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Hucheson Bridge, site of
River Clyde, Glasgow, Scotland, UK
associated engineer
Robert Stevenson
date  1829 - 1833
era  Georgian  |  category  Bridge  |  reference  NS593644
Robert Stevenson's Hucheson (or Hutcheson) Bridge was the third bridge in the same place over the River Clyde in Glasgow. It was replaced by the present wrought iron Albert Bridge, completed in 1872, after claims that its foundations had become unstable from navigational deepening of the river.
In 1794, the first bridge — known as Hutchesontown Bridge — was begun when the city's Lord Provost Gilbert Hamilton (1744-1808) laid the foundation stone. The bridge was 122m long and 7.9m wide between parapets, with five stone arches, and cost £6,000. It was built by John Roberton (or Robertson), a mason from Pollockshaws, and funded partly by patrons of Hutcheson's Hospital. The structure was almost completed when it was destroyed by a flood on 18th November 1795.
The second structure was an elegant timber footbridge erected just upstream in 1803. It cost £1,200 and was designed by Peter Nicholson as “one grand sweep” of 104m with eight supporting piers.
However, it proved inadequate for the number of people trying to cross. John Rennie (1761-1821) proposed elegant designs in iron and stone for its permanent replacement in 1815, but it was a scheme by Robert Stevenson (1772-1850) that was eventually implemented.
Acts of Parliament for a new Hucheson Bridge were granted in 1814 and 1828. In the autumn of 1829, the foundation stone of Stevenson’s five span sandstone masonry bridge was laid by Robert Dalglish (1770-1844), preceptor of the hospital. Its design was described by Stephen Fenwick of the Royal Military Academy as one of the “best specimens” of its type.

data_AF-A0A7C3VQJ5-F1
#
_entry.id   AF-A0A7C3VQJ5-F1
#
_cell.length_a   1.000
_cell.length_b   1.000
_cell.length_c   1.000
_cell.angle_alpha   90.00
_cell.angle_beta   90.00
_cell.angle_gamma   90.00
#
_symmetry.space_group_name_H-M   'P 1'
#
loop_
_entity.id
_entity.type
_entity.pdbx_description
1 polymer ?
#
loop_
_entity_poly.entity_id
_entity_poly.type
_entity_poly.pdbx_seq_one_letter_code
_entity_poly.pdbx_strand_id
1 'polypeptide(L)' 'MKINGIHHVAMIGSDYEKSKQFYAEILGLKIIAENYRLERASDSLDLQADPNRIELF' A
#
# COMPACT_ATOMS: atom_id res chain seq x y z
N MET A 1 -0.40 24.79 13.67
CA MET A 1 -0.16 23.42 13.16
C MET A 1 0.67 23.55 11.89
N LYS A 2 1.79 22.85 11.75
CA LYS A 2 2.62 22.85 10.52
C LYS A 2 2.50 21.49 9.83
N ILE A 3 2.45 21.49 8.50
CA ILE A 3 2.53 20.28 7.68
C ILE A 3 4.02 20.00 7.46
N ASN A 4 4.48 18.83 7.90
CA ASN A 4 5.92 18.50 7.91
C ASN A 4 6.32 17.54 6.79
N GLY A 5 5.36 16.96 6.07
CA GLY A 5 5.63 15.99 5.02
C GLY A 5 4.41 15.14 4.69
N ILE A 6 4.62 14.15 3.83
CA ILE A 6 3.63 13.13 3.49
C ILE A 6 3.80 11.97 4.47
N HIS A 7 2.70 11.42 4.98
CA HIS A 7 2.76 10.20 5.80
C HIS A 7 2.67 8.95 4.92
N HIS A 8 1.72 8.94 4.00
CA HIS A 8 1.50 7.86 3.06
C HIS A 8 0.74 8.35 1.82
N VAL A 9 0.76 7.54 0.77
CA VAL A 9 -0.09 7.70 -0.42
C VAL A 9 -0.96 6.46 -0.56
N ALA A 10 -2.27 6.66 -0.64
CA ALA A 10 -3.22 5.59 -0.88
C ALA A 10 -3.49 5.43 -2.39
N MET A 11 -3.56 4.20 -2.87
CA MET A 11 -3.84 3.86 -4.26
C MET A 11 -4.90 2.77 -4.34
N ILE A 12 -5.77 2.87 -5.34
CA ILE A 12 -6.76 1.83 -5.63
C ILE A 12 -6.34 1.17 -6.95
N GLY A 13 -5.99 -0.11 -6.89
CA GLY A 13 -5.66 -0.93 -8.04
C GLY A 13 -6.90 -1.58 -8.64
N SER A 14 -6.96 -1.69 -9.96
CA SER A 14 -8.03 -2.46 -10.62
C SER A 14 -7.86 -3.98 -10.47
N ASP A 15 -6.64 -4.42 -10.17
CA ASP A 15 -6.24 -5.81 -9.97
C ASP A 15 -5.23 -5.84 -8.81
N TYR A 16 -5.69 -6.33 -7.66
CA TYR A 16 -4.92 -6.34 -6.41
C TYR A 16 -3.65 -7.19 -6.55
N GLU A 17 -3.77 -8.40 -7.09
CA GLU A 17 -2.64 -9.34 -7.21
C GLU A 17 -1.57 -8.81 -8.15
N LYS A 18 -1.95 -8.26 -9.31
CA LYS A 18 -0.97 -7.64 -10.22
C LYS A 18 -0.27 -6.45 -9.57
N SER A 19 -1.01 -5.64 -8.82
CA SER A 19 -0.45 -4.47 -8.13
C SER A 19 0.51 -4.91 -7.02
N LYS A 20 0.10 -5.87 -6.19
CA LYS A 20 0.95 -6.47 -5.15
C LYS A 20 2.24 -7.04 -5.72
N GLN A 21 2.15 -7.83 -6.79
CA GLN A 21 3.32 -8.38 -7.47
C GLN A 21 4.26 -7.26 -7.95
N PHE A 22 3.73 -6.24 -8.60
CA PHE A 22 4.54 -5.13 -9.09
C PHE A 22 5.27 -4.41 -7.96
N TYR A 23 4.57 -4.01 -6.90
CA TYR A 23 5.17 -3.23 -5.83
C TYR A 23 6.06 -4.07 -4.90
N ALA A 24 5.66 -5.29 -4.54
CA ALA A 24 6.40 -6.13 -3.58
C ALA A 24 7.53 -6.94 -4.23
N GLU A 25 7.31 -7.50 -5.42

Excavations for the north abutment encountered sand running with springs of water. To make the foundations more secure, the platform for the abutment was enlarged and the number of timber bearing piles increased. The inner row of cofferdam sheet piles within which construction was taking place were not removed but driven further into the river bed. On the south side, piles were driven landward of the abutment. The first course of abutment masonry was 2.1m below the “summer water mark”, and the first course of the piers 2.75m below it. Each of the four piers was 3.2m tall.
Construction of the bridge arches began in June 1831. The five low rise segmental arches were segments of a 19.8m radius circle. There were two spans of 19.8m, two of 22.7m, with a central span of 24.1m. The overall bridge length was 124m. The width between the parapets was 11m and accommodated a metalled roadway with stone pavements 1.5m wide on both sides. Six gas lamps were erected atop each of the parapet walls.
The bridge was completed in 1833 and cost more than £23,000. The bridge trustees purchased it in 1845 for just £20,000.
Concerns were raised over the effects of dredging in the river, including by engineer Daniel Miller (c.1825-1888). Parliamentary evidence of 1865 indicates that the extent to which the foundations had collapsed from navigational deepening had been overstated. Robert’s son David Stevenson (1815-86), James Leslie (1801-89), Sir James Falshaw (1810-1889) and Thomas Page (1803-77) all indicated how Stevenson’s bridge could be saved at a fraction of the cost of its replacement — to no avail.
Hucheson Bridge was closed on the 20th June 1868, and demolished soon afterwards. The present Albert Bridge on the site was built 1871-72.
Resident engineer: Mr Laidlaw
Contractor: John Steedman
Research: ECPK
"Account of Hutcheson Bridge, Glasgow", in The Theory, Practice, and Architecture of Bridges of Stone, Iron, Timber, and Wire, Vol.1, London, 1843
"The rise and progress of the City of Glasgow" by James Cleland
John Smith & Son, Glasgow, 1840
reference sources   CEH SLB

Hucheson Bridge, site of